Computation in C++ and Java fills a gap in the literature of object-oriented
programming. Many C++ or Java textbooks, courses, and class libraries emphasize
object-oriented classes for two kinds of data:
(Java collections), such as vectors, lists, and sets
graphical user interface
(GUI) components, such as windows, forms, and menus
of the data items our programs process belong to neither of those categories.
Container structures and GUI components rarely belong to the application domain.
They don't represent actual objects in the real world of a business or science
application. True application-domain objects model real-world data items at the
core of the very purpose behind developing a computer application.
objects are sometimes misleadingly called "business objects," although
they're not limited to business or commercial applications. Scientific and engineering
applications need and use application-domain objects just as much, if not more.]
This book is about an important subset of application domain data: numeric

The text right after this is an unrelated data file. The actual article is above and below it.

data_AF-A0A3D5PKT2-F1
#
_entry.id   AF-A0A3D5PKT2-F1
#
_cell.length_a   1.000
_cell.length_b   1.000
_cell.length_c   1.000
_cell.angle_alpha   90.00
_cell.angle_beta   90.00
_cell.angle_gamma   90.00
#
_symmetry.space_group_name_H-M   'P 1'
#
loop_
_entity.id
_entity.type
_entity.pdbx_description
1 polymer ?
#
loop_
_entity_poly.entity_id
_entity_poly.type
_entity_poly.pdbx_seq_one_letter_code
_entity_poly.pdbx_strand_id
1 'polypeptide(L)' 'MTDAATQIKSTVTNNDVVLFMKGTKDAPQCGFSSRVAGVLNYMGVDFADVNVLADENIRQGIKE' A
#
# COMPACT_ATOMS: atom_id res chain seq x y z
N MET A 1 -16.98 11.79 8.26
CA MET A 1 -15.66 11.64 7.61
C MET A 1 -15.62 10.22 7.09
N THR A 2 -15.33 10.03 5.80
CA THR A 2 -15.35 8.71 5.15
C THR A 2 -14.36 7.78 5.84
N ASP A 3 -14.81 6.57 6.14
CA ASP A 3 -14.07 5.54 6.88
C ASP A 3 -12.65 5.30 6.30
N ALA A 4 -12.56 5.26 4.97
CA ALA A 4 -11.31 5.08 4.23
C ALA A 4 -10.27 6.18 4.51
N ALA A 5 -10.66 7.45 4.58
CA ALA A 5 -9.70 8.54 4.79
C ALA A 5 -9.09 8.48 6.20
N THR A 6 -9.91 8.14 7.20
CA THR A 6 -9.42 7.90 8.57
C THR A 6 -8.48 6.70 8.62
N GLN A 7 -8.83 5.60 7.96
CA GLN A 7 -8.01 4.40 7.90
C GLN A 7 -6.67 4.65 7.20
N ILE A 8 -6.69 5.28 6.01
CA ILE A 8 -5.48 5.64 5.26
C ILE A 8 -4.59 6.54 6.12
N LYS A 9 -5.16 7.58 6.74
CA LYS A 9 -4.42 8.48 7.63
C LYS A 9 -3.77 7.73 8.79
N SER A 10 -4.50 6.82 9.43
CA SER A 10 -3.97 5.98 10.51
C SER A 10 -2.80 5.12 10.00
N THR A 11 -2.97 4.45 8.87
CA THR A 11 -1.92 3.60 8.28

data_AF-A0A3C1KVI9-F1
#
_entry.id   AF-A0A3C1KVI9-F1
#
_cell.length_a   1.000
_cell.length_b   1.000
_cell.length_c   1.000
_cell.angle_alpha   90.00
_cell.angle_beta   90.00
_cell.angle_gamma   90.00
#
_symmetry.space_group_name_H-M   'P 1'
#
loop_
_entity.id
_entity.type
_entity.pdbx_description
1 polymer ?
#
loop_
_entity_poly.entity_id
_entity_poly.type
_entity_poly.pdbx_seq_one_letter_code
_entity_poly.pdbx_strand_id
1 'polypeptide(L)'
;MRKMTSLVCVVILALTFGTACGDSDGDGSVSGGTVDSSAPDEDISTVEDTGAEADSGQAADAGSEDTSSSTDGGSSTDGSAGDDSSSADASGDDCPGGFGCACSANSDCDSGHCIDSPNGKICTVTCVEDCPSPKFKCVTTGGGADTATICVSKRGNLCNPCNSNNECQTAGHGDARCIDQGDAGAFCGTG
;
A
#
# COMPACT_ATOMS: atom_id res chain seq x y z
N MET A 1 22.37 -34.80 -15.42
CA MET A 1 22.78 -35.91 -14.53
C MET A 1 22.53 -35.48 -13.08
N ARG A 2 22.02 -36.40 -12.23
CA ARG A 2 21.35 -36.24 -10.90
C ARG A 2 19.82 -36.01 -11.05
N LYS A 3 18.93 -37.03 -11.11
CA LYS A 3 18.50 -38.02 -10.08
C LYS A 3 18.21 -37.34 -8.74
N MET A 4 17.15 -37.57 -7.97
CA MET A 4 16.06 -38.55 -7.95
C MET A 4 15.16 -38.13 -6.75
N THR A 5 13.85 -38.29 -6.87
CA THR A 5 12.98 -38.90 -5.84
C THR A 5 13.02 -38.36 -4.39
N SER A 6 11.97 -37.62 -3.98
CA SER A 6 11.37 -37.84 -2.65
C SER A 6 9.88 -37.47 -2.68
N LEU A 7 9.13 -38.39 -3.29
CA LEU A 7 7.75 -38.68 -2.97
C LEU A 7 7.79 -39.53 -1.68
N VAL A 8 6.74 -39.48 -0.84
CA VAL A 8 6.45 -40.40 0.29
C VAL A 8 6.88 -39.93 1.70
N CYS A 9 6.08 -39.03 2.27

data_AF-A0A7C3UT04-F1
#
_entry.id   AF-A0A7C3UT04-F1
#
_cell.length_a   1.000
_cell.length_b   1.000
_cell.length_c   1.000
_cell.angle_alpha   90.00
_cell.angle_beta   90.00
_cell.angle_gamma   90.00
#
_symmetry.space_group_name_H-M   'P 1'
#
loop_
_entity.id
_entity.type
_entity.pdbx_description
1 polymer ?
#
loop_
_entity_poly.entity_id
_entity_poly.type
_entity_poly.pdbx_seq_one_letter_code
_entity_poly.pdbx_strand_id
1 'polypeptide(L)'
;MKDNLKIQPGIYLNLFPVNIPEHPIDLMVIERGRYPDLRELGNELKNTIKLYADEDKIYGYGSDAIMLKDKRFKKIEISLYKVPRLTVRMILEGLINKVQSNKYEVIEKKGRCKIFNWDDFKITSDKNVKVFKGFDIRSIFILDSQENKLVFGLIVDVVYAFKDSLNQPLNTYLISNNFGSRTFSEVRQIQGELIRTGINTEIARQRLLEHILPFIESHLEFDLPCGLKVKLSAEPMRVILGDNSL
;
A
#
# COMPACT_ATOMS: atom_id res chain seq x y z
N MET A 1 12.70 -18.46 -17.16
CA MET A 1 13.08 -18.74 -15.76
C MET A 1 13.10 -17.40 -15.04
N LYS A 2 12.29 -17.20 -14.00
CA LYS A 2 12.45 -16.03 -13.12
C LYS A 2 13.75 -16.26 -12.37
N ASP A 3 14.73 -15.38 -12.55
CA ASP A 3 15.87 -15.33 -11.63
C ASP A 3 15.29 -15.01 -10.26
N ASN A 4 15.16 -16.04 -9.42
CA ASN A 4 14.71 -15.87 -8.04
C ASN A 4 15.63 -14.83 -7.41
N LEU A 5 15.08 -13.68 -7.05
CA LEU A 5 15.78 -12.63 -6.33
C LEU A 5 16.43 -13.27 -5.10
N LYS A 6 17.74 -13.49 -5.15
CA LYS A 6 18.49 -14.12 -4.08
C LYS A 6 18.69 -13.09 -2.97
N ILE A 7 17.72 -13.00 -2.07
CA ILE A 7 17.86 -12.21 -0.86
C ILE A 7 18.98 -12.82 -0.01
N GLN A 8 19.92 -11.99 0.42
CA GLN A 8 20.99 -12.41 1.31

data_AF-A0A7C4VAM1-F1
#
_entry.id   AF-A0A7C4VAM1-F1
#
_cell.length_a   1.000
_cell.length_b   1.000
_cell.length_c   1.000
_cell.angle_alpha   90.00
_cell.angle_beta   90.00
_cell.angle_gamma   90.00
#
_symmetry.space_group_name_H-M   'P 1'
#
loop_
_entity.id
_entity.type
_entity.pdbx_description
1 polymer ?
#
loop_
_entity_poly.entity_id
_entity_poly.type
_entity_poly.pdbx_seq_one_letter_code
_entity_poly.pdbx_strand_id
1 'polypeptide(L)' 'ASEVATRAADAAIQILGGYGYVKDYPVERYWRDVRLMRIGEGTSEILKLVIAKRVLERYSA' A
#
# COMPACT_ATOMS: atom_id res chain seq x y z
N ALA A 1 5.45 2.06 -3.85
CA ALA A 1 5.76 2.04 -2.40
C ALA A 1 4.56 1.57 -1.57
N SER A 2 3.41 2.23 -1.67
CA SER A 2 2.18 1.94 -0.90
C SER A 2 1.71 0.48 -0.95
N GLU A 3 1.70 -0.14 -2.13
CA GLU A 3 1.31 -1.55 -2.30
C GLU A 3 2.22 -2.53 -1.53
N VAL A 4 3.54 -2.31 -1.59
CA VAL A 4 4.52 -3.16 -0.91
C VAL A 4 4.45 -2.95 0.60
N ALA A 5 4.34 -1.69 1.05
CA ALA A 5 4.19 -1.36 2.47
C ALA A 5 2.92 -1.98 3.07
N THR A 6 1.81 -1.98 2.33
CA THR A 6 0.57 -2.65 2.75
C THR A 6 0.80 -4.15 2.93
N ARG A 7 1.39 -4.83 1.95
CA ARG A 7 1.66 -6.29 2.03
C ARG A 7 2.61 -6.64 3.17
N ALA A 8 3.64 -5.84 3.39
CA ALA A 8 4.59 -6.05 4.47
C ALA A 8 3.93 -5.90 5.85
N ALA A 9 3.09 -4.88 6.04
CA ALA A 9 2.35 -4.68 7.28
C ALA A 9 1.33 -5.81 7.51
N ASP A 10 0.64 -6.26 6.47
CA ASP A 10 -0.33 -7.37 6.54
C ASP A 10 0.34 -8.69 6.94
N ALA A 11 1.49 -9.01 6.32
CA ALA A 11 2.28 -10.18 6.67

data items. Numeric data are central both to most business applications and to
every engineering or scientific application.
For more than a dozen years,
I've been teaching courses in advanced object-oriented programming. My students
have backgrounds in both commercial/business applications and scientific/engineering
applications. In searching for a suitable textbook, I found none that adequately
treated application-domain objects.
Unfortunately, but hardly surprisingly,
the omission of application-domain data from books and courses is mirrored by
much application software. I frequently encounter allegedly "object-oriented"
application systems in which nearly all numeric quantities are represented as
floating-point numbers, as if the programmers have coded in Fortran.
response, I developed a large collection of course handout material, part of which
has evolved into this book.
Object-Oriented Computation in C++ and Java
is suited to an advanced programming course for senior undergraduates or masters-level
students in engineering, business, or the sciences, as well as to self-study by
practicing professionals. Since it covers an area neglected by most OOP textbooks,
it also serves well as a supplementary text in a survey course in object-oriented
programming for computer science majors.